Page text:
Serve and Learn: Implementing and Evaluating Service-Learning in Middle and High Schools

Serve and Learn: Implementing and Evaluating Service-Learning in Middle and High Schools

Serve and Learn: Implementing and Evaluating Service-Learning in Middle and High Schools

Serve and Learn: Implementing and Evaluating Service-Learning in Middle and High Schools

Synopsis

This book suggests how teachers and community partners can use service-learning in ways that can systematically enhance student academic outcomes and their civic education and lead to their informed and fruitful civic participation as youth and adults.

Excerpt

Several years ago, we had the opportunity to teach a course in the foundations and use of service-learning for teachers in grades K-12. As we prepared for the class, we found many articles and books on aspects of servicelearning, but no one book that brought the wealth of emerging knowledge about this method together into a text for teachers—one that grounds the method in learning theory and suggests guidelines for its use in today's classrooms and communities. Our intent was to fill that void

As we worked on the book over the last several years, we began to realize that the potential of service-learning is even greater than we had at first understood. And as our understanding deepened, our single global purpose became three specific purposes. The first of these is to provide a framework grounded in theory and best professional practice that middle- and high-school teachers, their students and community partners can use to design, implement and evaluate service-learning projects that address authentic community needs. The second purpose is to demonstrate ways collaborative service-learning can enhance students' intellectual development, promote their academic achievement, strengthen their citizenship skills and accelerate the kinds of educational accountability and reform initiatives emphasized in the national educational standards movement, and the 2002 No Child Left Behind Act. The third purpose is to suggest ways schools and their community partners can channel the energy for service released in the United States by the September 11, 2001 World Trade Center catastrophe into activities, projects and programs that help transform the lives of students and those they work with and contribute to the development of strong, diverse communities.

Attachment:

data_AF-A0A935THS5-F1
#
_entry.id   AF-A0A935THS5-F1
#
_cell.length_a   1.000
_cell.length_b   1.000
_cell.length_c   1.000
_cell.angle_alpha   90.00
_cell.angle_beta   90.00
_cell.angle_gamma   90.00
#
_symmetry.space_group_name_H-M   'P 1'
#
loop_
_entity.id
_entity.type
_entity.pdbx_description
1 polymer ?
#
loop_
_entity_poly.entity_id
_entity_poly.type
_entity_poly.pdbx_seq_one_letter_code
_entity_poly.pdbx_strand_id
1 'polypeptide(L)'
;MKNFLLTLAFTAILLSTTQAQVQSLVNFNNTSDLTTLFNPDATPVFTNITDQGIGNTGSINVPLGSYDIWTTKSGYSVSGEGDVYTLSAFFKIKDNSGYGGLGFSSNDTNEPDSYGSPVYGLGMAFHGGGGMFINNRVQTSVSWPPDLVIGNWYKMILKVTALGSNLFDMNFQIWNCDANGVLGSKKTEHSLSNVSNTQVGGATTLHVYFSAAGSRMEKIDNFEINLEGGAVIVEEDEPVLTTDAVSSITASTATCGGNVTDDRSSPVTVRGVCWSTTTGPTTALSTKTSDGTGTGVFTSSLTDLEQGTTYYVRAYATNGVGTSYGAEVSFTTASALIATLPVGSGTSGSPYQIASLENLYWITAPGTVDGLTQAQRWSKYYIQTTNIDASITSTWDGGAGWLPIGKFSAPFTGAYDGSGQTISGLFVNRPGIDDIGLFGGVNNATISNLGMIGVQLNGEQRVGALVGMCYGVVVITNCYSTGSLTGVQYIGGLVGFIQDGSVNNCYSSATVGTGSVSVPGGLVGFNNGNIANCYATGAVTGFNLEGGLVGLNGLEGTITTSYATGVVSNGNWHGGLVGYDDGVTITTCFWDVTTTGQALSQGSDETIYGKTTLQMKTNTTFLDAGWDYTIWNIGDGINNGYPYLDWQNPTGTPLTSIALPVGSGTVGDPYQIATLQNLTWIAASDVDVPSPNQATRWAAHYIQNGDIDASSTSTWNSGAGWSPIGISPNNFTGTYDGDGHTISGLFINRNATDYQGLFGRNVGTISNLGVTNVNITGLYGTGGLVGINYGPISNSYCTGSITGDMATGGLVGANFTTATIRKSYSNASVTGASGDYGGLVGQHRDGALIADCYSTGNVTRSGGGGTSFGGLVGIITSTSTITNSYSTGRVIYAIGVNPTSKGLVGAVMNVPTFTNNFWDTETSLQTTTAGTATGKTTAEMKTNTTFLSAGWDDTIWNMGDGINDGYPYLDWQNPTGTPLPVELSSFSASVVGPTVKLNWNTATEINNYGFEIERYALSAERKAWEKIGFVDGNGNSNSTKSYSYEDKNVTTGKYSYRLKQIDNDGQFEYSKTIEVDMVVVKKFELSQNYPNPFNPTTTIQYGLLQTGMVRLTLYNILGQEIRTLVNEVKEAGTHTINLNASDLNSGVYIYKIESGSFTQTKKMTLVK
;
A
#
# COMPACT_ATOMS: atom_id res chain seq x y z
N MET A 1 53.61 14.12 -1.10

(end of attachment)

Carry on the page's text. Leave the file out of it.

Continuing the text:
We believe that many individuals and groups will find the book useful. Among these are teachers and students who want to learn about the potential of service-learning and try it with community partners in simple exploratory ways, as well as teams of teachers, students and community partners already committed to service-learning projects. We expect the book to be useful to teacher educators who are introducing service-learning to pre-professional students and education interns and who are guiding graduate students in indepth study of service-learning. Instructional supervisors and other school administrators who wish to create a climate for service-learning in their schools and communities or to enrich service-learning initiatives already underway should also find the book helpful. Finally, we believe there is much here for community agencies interested in collaborating with the schools on servicelearning initiatives, and for school-community service-learning advisory groups and councils that seek to extend and strengthen their service-learning activities and networks.

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